Control Nathan Rabin 4.0 #67 The Man Who Fell To Earth (1976)
Welcome, friends, to the latest entry in Control Nathan Rabin 4.0. It’s the career and site-sustaining column that gives YOU, the kindly, Christ-like, unbelievably sexy Nathan Rabin’s Happy Place patron, an opportunity to choose a movie that I must watch, and then write about, in exchange for a one-time, one hundred dollar pledge to the site’s Patreon account. The price goes down to seventy-five dollars for all subsequent choices.
Alternately, you could follow in the footsteps of two kind, incredibly appreciated patrons and have me watch and then write about a filmmaker or actor’s entire filmography.
That’s what I’ve been doing for the last eight months or so with Sam Peckinpah, and, I am pleased to announce, another kindly patron has signed on for me to do another project with the motion pictures of David Bowie, beginning with his iconic 1976 debut The Man Who Fell To Earth.
I have not seen Nicolas Roeg’s moody science fiction masterpiece since I read Backstage Passes, Angela Bowie’s transcendently trashy, gossip-filled, unapologetically sordid account of her life with David Bowie.
The Man Who Fell To Earth occupies a central place in Bowie’s memoir about creating the androgynous man-God we know and revere as David Bowie. In her beyond lurid and juicy backstage memoir Angela depicts the filming of The Man Who Fell To Earth as the nadir of her husband’s epic, world-class 1970s debauchery.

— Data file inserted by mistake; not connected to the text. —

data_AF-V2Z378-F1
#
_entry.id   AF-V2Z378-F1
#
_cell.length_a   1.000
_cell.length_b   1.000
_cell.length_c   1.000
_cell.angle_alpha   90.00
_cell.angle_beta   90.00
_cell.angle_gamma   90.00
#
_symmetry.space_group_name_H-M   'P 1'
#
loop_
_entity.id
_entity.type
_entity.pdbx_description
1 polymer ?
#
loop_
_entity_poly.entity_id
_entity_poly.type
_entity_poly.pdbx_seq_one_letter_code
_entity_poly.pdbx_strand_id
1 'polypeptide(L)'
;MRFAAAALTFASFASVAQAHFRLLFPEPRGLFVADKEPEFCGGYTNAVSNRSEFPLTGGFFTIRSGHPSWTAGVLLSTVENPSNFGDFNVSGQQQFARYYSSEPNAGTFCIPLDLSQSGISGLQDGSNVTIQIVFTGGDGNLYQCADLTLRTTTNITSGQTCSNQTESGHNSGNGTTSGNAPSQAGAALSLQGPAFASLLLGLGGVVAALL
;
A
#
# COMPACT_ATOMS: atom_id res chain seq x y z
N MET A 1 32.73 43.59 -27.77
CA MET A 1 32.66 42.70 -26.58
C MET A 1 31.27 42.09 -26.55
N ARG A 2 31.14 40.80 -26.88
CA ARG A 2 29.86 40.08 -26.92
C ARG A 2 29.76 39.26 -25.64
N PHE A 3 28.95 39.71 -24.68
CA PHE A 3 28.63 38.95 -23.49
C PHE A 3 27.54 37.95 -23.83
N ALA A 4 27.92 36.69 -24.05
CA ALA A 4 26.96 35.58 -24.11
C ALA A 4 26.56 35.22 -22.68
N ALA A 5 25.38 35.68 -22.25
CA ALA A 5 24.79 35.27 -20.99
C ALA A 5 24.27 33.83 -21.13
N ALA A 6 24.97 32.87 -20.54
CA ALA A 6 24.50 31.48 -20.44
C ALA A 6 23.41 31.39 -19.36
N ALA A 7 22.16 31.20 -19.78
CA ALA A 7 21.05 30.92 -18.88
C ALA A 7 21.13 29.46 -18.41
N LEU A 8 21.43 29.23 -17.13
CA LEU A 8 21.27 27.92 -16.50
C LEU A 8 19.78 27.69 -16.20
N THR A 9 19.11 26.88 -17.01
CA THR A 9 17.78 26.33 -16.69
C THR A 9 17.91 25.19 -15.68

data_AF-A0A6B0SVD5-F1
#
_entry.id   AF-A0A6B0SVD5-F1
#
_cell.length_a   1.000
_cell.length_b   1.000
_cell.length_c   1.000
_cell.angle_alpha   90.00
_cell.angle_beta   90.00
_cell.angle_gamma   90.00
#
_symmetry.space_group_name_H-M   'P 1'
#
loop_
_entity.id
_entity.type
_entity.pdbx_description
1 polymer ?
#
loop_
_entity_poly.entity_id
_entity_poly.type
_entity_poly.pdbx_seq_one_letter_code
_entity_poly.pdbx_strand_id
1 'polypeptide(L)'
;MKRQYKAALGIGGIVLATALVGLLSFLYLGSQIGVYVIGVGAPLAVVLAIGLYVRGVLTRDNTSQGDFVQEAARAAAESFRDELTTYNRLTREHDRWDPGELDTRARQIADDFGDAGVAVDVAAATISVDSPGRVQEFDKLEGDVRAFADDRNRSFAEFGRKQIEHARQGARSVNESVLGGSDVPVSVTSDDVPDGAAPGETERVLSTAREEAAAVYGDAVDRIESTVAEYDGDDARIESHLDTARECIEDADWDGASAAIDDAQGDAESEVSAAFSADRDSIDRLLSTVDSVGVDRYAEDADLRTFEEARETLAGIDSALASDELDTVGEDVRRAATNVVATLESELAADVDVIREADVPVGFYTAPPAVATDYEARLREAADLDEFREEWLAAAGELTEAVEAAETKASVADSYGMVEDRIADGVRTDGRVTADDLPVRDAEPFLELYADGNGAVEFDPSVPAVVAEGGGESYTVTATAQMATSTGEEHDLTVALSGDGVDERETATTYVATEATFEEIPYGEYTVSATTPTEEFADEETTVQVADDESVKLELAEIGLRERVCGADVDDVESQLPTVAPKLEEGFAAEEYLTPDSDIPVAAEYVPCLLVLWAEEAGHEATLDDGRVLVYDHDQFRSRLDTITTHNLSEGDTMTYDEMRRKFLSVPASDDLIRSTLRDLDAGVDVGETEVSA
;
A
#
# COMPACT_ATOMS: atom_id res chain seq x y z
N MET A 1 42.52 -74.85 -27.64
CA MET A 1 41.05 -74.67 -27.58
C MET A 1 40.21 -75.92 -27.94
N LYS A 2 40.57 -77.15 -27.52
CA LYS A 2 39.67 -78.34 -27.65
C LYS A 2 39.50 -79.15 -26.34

For Angela, David wasn’t just a cocaine-fueled fuck monster with a rapacious, bottomless appetite for sex and drugs; his lifestyle had gotten so dark and so depraved that his energy had become demonic, even Satanic.
At some point David stopped partying like the Rolling Stones and began partying like Anton LaVey. Even a party animal as jaded as Angela got scared. She thought her husband was fucking with the devil, that his life in New Mexico on location for the film that represents his greatest contribution to cinema was such a whirlwind of fucking and drugs and darkness that somewhere Satan slid into the mix and got a hold of her husband’s soul and refused to let go.
Bowie writes that Roeg, his director, and Candy Clark, his leading lady, came to her easily-corruptible husband early in the production and said, “Welcome to the set! How bout we do sex stuff!?! We’ve got drugs!” and their first-time leading man was all, “You had me at sex and drugs! Let’s do this! And by “this” I mean the sex and drugs and also filmmaking!”
They fucked around and made a simultaneously extremely 1970s and timeless masterpiece that captured its legendary star at the height of his astonishing beauty, magnetism and charisma. It’s no exaggeration to say that Bowie in Earth is the most handsome, charismatic, cool figure in the history of film, that he’s effortlessly riveting, a rock God in his sexy, radiant prime.
Casting David Bowie as an alcoholic alien in 1976 is the best as well as the most obvious casting conceivable, followed closely by casting Bowie as a vampire in 1983’s The Hunger.
My God, I could watch David Bowie watch television while pickled silly on the sauce for hours at a time. Bowie stoned into oblivion watching television and breaking down to Roy Orbison’s “Blue Bayou” is my idea of heaven. It’s fucking hypnotic. What a beautiful, magnificent, endlessly fascinating human being Bowie was! What star-power, what presence!
When Bowie died we mourned, and mourned deeply, an icon rightly regarded one of the greatest and most inspirational and influential geniuses of our time. His standing has only risen in death.
The Man Who Fell To Earth is one of those blessed miracles where a pop artist makes the best possible vehicle, when the stars align and all-time great rockers make movies that reflect their essence in the purest possible form.